Writing home: poetry in, of and out of place
This contribution will be centred around selected poems on place-related themes by writers who have lived and written between cultures and languages.
Taking a selection of authors who, for whatever reason, spent most of their lives and wrote most of their works in countries and languages other than those of their origin, the presentation will reflect on how different home-worlds are poetically created, not just by words in the lexical sense, but also by sounds, metaphors and other means. Drawing on Celtic and other folk cultural traditions and on the geopoetics of Kenneth White, the presentation reflects on language as a means of topopoiesis.
"Homes" of the Lithuanians in New York: from cultural symbols to social imagination
In this presentation we will try to focus on the concept of “home” and its meaning to the contemporary immigrants from Lithuania, reflecting the data from the fieldwork in New York. How the concept of “home” shapes the ideas about re-migration to a “home country”?
In this presentation we will try to focus on the concept of "home" and its meaning to the contemporary immigrants from Lithuania, reflecting the data from the fieldwork in New York. In the global world, where transnational identities are being created and practiced, the question of belonging is a very important. What "homes" have/ creates/ dreams of having transmigrants, while living in a "host society" but at the same time maintaining tight relations with a "home country"? Is "home" indescribable notion of feelings, constantly changing social memory or even imagination? Interesting question is how the concept of "home" shapes the ideas about re-migration to a "home country"?
Signs and symbols of "home" in the Lithuanian Diaspora in the USA
In the paper I will examine artistic signs and symbols that mean "home" to Lithuanian immigrants. The paper is based on the field research in Chicago in 2012. I’ll discuss how and why a Lithuanian ornate cross in a foreign country became a symbol of “home” and native homeland.
In the paper I will examine artistic signs and symbols that mean "home" to Lithuanian immigrants. The paper is based on the field research in Chicago in 2012.
Already in the displaced persons camps (1944-1955) Lithuanian refugees made efforts to adapt in the foreign country by recreating their homeland through objects representing their home environment. Such items as small crosses intended for the interior and large outdoor crosses became the symbols of their abandoned Lithuanian homeland, their native villages and homesteads. These symbols have been created ever after, when Lithuanian refugees have settled in other countries.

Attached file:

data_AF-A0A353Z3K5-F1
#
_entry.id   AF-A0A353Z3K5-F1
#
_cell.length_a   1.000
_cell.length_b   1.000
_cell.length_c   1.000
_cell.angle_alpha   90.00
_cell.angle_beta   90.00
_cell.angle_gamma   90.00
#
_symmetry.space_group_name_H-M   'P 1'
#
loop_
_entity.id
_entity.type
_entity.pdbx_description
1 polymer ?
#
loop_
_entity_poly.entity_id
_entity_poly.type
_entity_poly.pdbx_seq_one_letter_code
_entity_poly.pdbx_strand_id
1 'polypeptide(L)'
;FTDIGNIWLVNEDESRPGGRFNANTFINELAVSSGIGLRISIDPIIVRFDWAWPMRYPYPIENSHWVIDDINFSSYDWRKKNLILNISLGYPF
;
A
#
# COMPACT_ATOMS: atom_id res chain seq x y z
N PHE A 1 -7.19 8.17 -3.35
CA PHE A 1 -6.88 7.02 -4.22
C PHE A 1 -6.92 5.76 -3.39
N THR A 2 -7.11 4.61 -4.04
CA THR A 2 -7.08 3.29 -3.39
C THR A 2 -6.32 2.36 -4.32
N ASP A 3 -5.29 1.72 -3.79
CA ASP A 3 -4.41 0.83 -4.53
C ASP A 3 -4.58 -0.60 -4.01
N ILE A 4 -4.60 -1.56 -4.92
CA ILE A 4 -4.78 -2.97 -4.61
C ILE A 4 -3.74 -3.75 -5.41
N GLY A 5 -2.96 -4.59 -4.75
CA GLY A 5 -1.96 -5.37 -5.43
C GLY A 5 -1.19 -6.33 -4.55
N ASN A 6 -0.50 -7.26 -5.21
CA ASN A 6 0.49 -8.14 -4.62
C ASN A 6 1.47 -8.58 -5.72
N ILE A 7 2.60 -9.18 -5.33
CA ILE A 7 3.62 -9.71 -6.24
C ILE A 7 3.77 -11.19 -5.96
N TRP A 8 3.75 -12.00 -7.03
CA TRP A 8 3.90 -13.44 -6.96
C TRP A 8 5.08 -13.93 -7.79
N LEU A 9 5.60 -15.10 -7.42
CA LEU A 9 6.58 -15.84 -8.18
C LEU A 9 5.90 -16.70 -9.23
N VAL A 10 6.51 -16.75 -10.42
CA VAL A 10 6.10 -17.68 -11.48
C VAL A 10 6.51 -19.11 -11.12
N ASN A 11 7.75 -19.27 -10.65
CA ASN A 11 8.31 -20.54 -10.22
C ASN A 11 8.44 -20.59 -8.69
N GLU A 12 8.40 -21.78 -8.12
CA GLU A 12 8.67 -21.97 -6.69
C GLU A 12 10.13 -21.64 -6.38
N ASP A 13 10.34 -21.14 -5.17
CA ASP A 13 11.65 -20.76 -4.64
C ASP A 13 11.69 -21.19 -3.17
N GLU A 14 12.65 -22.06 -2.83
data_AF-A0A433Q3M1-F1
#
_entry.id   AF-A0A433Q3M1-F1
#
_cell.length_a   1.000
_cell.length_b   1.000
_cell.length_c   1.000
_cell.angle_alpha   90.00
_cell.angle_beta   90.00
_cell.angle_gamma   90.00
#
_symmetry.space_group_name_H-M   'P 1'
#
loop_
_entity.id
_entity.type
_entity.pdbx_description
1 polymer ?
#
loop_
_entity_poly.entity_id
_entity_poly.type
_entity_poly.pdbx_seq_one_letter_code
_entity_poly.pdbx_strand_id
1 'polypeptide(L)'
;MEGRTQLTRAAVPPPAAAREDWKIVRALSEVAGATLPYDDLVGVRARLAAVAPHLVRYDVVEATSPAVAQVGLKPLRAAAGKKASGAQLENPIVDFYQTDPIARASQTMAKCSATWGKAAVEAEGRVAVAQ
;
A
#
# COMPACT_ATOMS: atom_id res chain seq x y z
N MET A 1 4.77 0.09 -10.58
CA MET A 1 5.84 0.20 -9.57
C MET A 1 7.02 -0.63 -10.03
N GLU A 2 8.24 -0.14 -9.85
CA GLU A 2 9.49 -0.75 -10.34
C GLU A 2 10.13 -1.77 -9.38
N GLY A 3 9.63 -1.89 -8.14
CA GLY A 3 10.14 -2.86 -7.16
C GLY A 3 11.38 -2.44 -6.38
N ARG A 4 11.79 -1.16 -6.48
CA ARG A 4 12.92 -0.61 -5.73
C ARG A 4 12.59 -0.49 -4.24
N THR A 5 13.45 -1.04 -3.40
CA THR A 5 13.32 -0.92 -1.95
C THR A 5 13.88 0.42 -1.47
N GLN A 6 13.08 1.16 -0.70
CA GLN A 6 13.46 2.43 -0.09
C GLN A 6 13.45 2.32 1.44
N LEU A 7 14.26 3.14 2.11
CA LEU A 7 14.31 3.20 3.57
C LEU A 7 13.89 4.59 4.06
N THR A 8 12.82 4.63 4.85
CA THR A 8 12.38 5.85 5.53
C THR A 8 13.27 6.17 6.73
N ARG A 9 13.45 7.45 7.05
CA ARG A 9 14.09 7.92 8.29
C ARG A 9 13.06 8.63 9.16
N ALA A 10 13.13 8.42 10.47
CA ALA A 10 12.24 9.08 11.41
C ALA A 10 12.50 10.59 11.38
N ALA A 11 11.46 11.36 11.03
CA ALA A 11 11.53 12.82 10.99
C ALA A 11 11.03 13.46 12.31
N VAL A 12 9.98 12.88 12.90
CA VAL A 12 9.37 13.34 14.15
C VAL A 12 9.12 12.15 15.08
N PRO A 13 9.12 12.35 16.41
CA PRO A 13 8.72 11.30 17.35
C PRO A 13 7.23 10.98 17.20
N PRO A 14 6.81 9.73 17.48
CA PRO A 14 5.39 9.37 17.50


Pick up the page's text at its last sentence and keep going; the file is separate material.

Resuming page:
I'll reveal how a Lithuanian object in a foreign country symbolically unites the native homeland with the new place of residence and helps adapt to the new environment. I will examine the most popular topics and plots of sculpture put in the crosses and their functions and meaning in immigrants' milieu. I'll reveal why Lithuanian cross makers in exile use not only religious images but also portraits of Lithuanian rulers, as well as images depicting Lithuanian history and signs denoting Lithuania's statehood.
Alongside the common cultural symbols, such as language and religion, Lithuanian emigrants (especially the older generation) attached significance to a concrete symbolic object: the Lithuanian ornate cross or wayside shrine. Erecting Lithuanian crosses near their houses or purchasing their smaller versions for the interior, immigrants not only express their religiousness but, first and foremost, seek to have "a particle of Lithuania" - a particle of the abandoned home.
Inbetween home and work: translating migrant narratives in local workers´ histories
Based on an artistic-ethnographic research project in Graz, this paper opens a multi-layered translation process: between migrant narratives of home and work and the local workers´ history; between ideological and scientific discourses of the relation home/work; and between the fields of art and ethnology.
In times of progressive mobility, both "home" and "work" are inevitably intertwined and highly contested concepts. While in scientific debates "home" and "work" are challenged as powerful categories, stabilizing rigid concepts of identity, in ideological spheres several political parties protect increasingly "our work" for "our people" ("work is home"). Both concepts feature a strong polysemic character, depending on each idiosyncratic context of usage. Against the backdrop of these contradictory meanings, the paper opens an ethnographic-artistic space of critical negotiation inbetween home and work. Based on the ongoing project of artist Kristina Leko "no history, no monuments", it confronts narratives of migrants about their individual notion of work and home with the local workers´ history. Core of the project are biographic interviews with migrants in an urban quarter of the Austrian city of Graz ("Annenviertel"), known as traditional workers´, todays immigrants´ and proposed urban regeneration district. They were conducted in the frame of a collaborative fieldwork between artist Kristina Leko and ethnologist Judith Laister together with a group of students of the Institute of European Ethnology (University of Graz). The results of the field research were presented in an exhibition in January 2012 and will be translated into an artistic intervention in public space on 1st of May 2013. On significant sites of the local workers´ history, the ambivalent and transgressive relations between work and home as contested concepts will be shown both as temporary performances and permanent installations.